Tagore in Urbana Illinois

Daily Illini reporting Tagore's visits and lectures

Tagore in Urbana Illinois

[O]f all the American cities that Tagore visited during his trips to the United States in none did he stay longer or make more friends than he did in Urbana, Illinois.

– Harold M. Hurwitz[1]

Urbana, one of the twin cities that are home to flagship higher education institutions of the state of Illinois, has a unique connection with Rabindranath Tagore. Urbana lays claim to two ‘firsts’ and one ‘sole’ event from Tagore’s life and travels. It was in Urbana that Tagore delivered his first public lecture in the United States, on November 10, 1912. The lecture, on the subject of the Upanishads and entitled ‘World Realisation,’ was his first public speaking experience in English. And it was also in Urbana that Tagore rented a house and stayed for several months: November 1912 to March 1913. The venue of his first lectures, the oldest Unitarian Church that has since evolved into the Channing-Murray Foundation, is on the national register of historic buildings[2]. The foundation has saved the lectern used by Tagore during his lectures and hosts an Annual Tagore Festival in collaboration with the University of Illinois and the local community to commemorate Tagore’s visit to Urbana. The house (at 508 High Street, in the historic district of Urbana, Illinois) that the Tagores (the poet, his son Rathindranath, and his daughter-in-law Pratima) had rented has recently been acquired by Drs. Kajal Mukhopadhyay and Mousumi Duttaray, who plan to preserve the building in the form of a museum/homestead and a cultural center.

Ellis Island Records of Tagore’s visit in 1912-13
Ellis Island Records of Tagore’s visit in 1912-13

Tagore visited Urbana twice again, in 1916-17 and in 1920, as part of extensive lecture tours across the United States. However, those visits were shorter and virtually indistinguishable from the flurry of the rest of his busy lecture schedule. The 1912 visit was personal: the poet was the parent of an Illini, as Rathindranath had studied for his B.S. in Agricultural Sciences at the University of Illinois from 1906 to 1909 and took graduate courses until March 1913.

From New York to Urbana

Rabindranath Tagore visited the United States for the first time in 1912.  His ship ‘Saint Louis’ (port of departure: Southampton, 19 October 1912) landed in Ellis Island on October 27, 1912.  In the ship’s manifest, his contact and address in the US is entered as ‘Friend H. W. Foote, 25 Beacon Street, Boston.’[3] (See Appendix 1)

According to Pal, and Dutta & Robinson, Tagore stayed in Herald Square Hotel, from where he wrote a letter on the day of his arrival to his friend Rothenstein in England.

“We have landed in New York this morning and passed through the ordeals of the custom house.  My turban attracted the notice of a newspaper interviewer and he attacked me with questions but I was almost as silent as my turban.  This was my first taste of America – the custom house and the interviewer.”[4]

Tagore left for Urbana on 31 October 1912.

Tagore in Urbana, 1912

Tagore reached Urbana on November 1, 1912.  On October 1, the Daily Illini had announced his imminent arrival:


Rabindranath Tagore, who is recognized as the foremost poet of India, is soon to pay the University a visit. The date for his visit has not yet been definitely learned but at present Mr. Tagore, his son, R. N. Tagore, and wife are in England where they are being entertained by English writers and artists.[5]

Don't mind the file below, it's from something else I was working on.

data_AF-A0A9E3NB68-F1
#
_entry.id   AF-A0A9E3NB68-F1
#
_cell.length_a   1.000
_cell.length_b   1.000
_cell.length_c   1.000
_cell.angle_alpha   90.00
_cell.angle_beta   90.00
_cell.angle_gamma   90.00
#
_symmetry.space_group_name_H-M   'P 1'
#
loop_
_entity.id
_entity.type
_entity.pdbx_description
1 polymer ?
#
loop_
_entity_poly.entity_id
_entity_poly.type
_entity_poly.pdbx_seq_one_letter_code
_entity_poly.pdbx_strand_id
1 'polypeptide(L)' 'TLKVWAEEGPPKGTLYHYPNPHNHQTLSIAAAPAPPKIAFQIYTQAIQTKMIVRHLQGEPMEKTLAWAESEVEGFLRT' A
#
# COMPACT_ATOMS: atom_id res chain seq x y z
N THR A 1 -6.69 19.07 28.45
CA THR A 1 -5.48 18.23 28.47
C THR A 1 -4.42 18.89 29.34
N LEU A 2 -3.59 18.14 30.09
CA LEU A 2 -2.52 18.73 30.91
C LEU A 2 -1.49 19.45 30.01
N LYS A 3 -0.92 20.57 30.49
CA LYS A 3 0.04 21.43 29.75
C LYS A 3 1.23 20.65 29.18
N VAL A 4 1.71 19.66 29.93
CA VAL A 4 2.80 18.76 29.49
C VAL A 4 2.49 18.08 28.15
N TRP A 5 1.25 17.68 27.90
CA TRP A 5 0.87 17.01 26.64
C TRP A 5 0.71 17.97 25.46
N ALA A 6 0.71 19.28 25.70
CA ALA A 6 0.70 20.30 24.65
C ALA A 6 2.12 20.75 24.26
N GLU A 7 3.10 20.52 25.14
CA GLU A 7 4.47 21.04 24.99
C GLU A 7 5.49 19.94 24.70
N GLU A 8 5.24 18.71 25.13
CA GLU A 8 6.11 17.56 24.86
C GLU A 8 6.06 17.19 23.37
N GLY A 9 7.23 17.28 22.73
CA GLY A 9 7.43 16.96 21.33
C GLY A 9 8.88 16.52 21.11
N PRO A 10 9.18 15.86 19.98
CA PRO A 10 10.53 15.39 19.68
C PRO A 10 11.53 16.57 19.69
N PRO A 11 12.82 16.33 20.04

Alao read: Tagore Established the Glory of Music and Dance Through Sangit Bhavana

The Daily Illini reported their arrival on November 2: ‘India’s first poet arrives.  Son, a Former Student, Will resume Studies’[6].  According to Hurwitz, several faculty members and students from the University of Illinois received Rabindranath, Rathindranath, and Pratima Tagore upon their arrival; there were at least two former students of Santiniketan who were pursuing graduate studies in Illinois at that time.  Morgan Brooks – Professor of Electrical Engineering at the University of Illinois, who had visited Tagore in his ancestral home at Jorasanko, Calcutta – hosted Rabindranath, while Dr. A. R. Seymour and his wife Maycee were hosts to Rathindranath and his wife Pratima.  In a letter dated November 5, 1912, Rabindranath wrote to Dr. Maitra in Calcutta: “We have rented an entire house for one year”[7]. Prashantakumar Pal conjectures that the Tagores probably moved into the house on 508 High Street in Urbana around the time of this letter.

In a letter dated 8 November 1912 to Ajit Kumar Chakrabarty, Rabindranath wrote that the Urbana sky reminded him of his native Bengal: ‘the same light, the same spotless blue hue …’[8] Rathindranath, in his account of the poet’s days in Urbana, describes him busy at work, as soon as they were able to settle down in the rented residence:

We got a house not far from my college and soon settled down. I was happy to see Father start working immediately. I knew that as long as he remained busy at his desk he would

not think of moving and I might get a spell at the University to finish my thesis. It is not easy to set up a house in America and my wife who had never been there before had a difficult time. But she had two persons to help her—Bankim Roy, a former teacher at Santiniketan, and Somendra Dev Barman, one of our students. The Seymours were of course a great help.

Father was writing Sadhana. As each chapter was written I had to get it typed. But since there were constant additions and alterations typing became an expensive item in our budget. So I bought a portable machine and did the typing myself. I had to type and retype each chapter so many times that by the time I finished I knew almost the whole book by heart.[9]

Rabindranath Tagore UIUC, 1916 Illinois, USA
Rabindranath Tagore UIUC, 1916 Illinois, USA

Public engagements began filling up the poet’s time in the Midwest soon enough. In a letter postmarked 19 February 1913, Cambridge Massachusetts, Tagore described his ‘lecturing’ experience to his eldest daughter Madhurilata: